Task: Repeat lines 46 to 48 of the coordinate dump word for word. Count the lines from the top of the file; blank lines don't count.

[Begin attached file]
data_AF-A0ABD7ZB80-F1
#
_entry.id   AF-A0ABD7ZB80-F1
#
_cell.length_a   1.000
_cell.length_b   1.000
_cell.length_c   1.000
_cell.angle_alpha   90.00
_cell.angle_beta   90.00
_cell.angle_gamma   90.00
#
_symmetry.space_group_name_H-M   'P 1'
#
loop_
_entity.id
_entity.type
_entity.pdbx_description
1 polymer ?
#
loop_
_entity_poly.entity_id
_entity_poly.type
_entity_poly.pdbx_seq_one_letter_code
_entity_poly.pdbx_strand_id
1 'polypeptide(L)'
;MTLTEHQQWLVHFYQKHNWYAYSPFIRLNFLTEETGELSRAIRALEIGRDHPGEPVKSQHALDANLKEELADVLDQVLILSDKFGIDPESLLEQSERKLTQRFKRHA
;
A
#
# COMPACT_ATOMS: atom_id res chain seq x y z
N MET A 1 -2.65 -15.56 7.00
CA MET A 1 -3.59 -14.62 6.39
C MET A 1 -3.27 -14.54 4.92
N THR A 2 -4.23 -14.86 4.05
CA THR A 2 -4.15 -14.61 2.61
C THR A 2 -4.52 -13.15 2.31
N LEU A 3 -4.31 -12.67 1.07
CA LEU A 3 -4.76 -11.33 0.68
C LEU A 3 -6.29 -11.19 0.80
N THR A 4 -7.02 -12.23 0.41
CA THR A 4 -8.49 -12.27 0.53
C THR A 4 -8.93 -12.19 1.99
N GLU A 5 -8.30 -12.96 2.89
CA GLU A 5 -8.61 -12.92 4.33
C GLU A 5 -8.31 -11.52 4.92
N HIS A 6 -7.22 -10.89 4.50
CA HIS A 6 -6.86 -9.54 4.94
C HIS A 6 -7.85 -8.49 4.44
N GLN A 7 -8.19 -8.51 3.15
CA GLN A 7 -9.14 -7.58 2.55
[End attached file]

N HIS A 6 -7.22 -10.89 4.50
CA HIS A 6 -6.86 -9.54 4.94
C HIS A 6 -7.85 -8.49 4.44